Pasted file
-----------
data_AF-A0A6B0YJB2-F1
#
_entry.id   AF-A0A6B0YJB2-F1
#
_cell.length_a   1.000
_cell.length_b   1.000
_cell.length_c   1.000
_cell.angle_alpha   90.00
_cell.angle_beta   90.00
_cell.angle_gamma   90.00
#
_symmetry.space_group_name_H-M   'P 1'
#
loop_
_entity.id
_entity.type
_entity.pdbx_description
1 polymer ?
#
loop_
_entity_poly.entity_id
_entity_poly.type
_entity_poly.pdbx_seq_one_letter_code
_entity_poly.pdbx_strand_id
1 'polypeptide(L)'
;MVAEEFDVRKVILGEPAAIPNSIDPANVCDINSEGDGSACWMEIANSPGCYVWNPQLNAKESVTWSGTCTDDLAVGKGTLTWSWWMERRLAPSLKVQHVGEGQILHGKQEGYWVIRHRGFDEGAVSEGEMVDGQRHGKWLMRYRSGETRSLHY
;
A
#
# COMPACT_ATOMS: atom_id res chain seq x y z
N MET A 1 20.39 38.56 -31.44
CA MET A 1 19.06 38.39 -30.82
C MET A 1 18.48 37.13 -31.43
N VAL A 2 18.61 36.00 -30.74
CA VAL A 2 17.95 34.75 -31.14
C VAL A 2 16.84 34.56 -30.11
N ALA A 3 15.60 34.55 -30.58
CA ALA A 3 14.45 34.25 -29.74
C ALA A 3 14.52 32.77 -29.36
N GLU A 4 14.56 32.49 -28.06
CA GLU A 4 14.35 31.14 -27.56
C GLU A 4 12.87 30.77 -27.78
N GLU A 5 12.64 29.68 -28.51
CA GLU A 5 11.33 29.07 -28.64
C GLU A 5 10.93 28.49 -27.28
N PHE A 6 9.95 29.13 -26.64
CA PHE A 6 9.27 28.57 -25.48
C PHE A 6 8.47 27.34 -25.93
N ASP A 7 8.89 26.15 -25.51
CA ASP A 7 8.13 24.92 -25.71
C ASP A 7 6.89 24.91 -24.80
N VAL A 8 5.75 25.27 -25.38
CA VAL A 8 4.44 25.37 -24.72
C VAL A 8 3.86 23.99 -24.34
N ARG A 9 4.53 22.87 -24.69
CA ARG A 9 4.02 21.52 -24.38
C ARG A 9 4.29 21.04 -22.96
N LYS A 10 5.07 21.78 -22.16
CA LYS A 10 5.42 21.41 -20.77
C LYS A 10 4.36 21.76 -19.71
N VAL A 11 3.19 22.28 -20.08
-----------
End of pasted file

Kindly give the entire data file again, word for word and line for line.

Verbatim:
data_AF-A0A6B0YJB2-F1
#
_entry.id   AF-A0A6B0YJB2-F1
#
_cell.length_a   1.000
_cell.length_b   1.000
_cell.length_c   1.000
_cell.angle_alpha   90.00
_cell.angle_beta   90.00
_cell.angle_gamma   90.00
#
_symmetry.space_group_name_H-M   'P 1'
#
loop_
_entity.id
_entity.type
_entity.pdbx_description
1 polymer ?
#
loop_
_entity_poly.entity_id
_entity_poly.type
_entity_poly.pdbx_seq_one_letter_code
_entity_poly.pdbx_strand_id
1 'polypeptide(L)'
;MVAEEFDVRKVILGEPAAIPNSIDPANVCDINSEGDGSACWMEIANSPGCYVWNPQLNAKESVTWSGTCTDDLAVGKGTLTWSWWMERRLAPSLKVQHVGEGQILHGKQEGYWVIRHRGFDEGAVSEGEMVDGQRHGKWLMRYRSGETRSLHY
;
A
#
# COMPACT_ATOMS: atom_id res chain seq x y z
N MET A 1 20.39 38.56 -31.44
CA MET A 1 19.06 38.39 -30.82
C MET A 1 18.48 37.13 -31.43
N VAL A 2 18.61 36.00 -30.74
CA VAL A 2 17.95 34.75 -31.14
C VAL A 2 16.84 34.56 -30.11
N ALA A 3 15.60 34.55 -30.58
CA ALA A 3 14.45 34.25 -29.74
C ALA A 3 14.52 32.77 -29.36
N GLU A 4 14.56 32.49 -28.06
CA GLU A 4 14.35 31.14 -27.56
C GLU A 4 12.87 30.77 -27.78
N GLU A 5 12.64 29.68 -28.51
CA GLU A 5 11.33 29.07 -28.64
C GLU A 5 10.93 28.49 -27.28
N PHE A 6 9.95 29.13 -26.64
CA PHE A 6 9.27 28.57 -25.48
C PHE A 6 8.47 27.34 -25.93
N ASP A 7 8.89 26.15 -25.51
CA ASP A 7 8.13 24.92 -25.71
C ASP A 7 6.89 24.91 -24.80
N VAL A 8 5.75 25.27 -25.38
CA VAL A 8 4.44 25.37 -24.72
C VAL A 8 3.86 23.99 -24.34
N ARG A 9 4.53 22.87 -24.69
CA ARG A 9 4.02 21.52 -24.38
C ARG A 9 4.29 21.04 -22.96
N LYS A 10 5.07 21.78 -22.16
CA LYS A 10 5.42 21.41 -20.77
C LYS A 10 4.36 21.76 -19.71
N VAL A 11 3.19 22.28 -20.08